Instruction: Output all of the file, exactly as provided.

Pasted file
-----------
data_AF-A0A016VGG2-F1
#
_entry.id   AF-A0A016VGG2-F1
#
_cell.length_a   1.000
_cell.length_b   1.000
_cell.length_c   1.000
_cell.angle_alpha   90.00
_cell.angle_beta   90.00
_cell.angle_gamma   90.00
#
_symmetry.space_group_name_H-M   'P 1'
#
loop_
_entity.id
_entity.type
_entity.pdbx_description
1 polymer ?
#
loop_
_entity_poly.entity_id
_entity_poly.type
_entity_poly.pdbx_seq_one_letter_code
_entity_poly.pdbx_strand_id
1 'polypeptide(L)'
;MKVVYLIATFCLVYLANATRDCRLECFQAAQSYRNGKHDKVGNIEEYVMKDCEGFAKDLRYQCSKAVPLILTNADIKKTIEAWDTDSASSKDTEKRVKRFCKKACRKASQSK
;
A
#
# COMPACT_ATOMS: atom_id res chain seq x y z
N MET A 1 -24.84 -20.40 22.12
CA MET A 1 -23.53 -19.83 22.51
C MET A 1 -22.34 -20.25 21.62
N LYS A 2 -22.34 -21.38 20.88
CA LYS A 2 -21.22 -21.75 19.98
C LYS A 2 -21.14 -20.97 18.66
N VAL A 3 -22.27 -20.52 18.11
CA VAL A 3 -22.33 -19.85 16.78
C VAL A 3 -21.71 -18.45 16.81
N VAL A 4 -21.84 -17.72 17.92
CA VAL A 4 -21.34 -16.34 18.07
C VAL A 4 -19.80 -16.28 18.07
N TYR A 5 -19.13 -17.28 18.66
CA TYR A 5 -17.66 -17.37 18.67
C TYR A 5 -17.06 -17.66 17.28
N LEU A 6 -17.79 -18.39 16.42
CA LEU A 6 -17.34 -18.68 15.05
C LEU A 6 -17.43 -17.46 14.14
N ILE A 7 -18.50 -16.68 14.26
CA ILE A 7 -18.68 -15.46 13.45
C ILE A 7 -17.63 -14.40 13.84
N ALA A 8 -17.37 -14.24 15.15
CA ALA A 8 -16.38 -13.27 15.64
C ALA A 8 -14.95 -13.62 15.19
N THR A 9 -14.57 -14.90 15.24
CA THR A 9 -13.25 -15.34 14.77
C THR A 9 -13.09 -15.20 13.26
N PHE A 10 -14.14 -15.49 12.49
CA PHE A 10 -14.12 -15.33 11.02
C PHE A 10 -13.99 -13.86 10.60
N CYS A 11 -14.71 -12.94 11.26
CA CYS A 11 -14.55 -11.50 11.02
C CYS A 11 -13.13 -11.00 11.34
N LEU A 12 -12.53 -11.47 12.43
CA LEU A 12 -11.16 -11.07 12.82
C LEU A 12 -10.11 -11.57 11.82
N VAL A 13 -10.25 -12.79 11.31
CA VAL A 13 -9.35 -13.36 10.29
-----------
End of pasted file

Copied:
data_AF-A0A016VGG2-F1
#
_entry.id   AF-A0A016VGG2-F1
#
_cell.length_a   1.000
_cell.length_b   1.000
_cell.length_c   1.000
_cell.angle_alpha   90.00
_cell.angle_beta   90.00
_cell.angle_gamma   90.00
#
_symmetry.space_group_name_H-M   'P 1'
#
loop_
_entity.id
_entity.type
_entity.pdbx_description
1 polymer ?
#
loop_
_entity_poly.entity_id
_entity_poly.type
_entity_poly.pdbx_seq_one_letter_code
_entity_poly.pdbx_strand_id
1 'polypeptide(L)'
;MKVVYLIATFCLVYLANATRDCRLECFQAAQSYRNGKHDKVGNIEEYVMKDCEGFAKDLRYQCSKAVPLILTNADIKKTIEAWDTDSASSKDTEKRVKRFCKKACRKASQSK
;
A
#
# COMPACT_ATOMS: atom_id res chain seq x y z
N MET A 1 -24.84 -20.40 22.12
CA MET A 1 -23.53 -19.83 22.51
C MET A 1 -22.34 -20.25 21.62
N LYS A 2 -22.34 -21.38 20.88
CA LYS A 2 -21.22 -21.75 19.98
C LYS A 2 -21.14 -20.97 18.66
N VAL A 3 -22.27 -20.52 18.11
CA VAL A 3 -22.33 -19.85 16.78
C VAL A 3 -21.71 -18.45 16.81
N VAL A 4 -21.84 -17.72 17.92
CA VAL A 4 -21.34 -16.34 18.07
C VAL A 4 -19.80 -16.28 18.07
N TYR A 5 -19.13 -17.28 18.66
CA TYR A 5 -17.66 -17.37 18.67
C TYR A 5 -17.06 -17.66 17.28
N LEU A 6 -17.79 -18.39 16.42
CA LEU A 6 -17.34 -18.68 15.05
C LEU A 6 -17.43 -17.46 14.14
N ILE A 7 -18.50 -16.68 14.26
CA ILE A 7 -18.68 -15.46 13.45
C ILE A 7 -17.63 -14.40 13.84
N ALA A 8 -17.37 -14.24 15.15
CA ALA A 8 -16.38 -13.27 15.64
C ALA A 8 -14.95 -13.62 15.19
N THR A 9 -14.57 -14.90 15.24
CA THR A 9 -13.25 -15.34 14.77
C THR A 9 -13.09 -15.20 13.26
N PHE A 10 -14.14 -15.49 12.49
CA PHE A 10 -14.12 -15.33 11.02
C PHE A 10 -13.99 -13.86 10.60
N CYS A 11 -14.71 -12.94 11.26
CA CYS A 11 -14.55 -11.50 11.02
C CYS A 11 -13.13 -11.00 11.34
N LEU A 12 -12.53 -11.47 12.43
CA LEU A 12 -11.16 -11.07 12.82
C LEU A 12 -10.11 -11.57 11.82
N VAL A 13 -10.25 -12.79 11.31
CA VAL A 13 -9.35 -13.36 10.29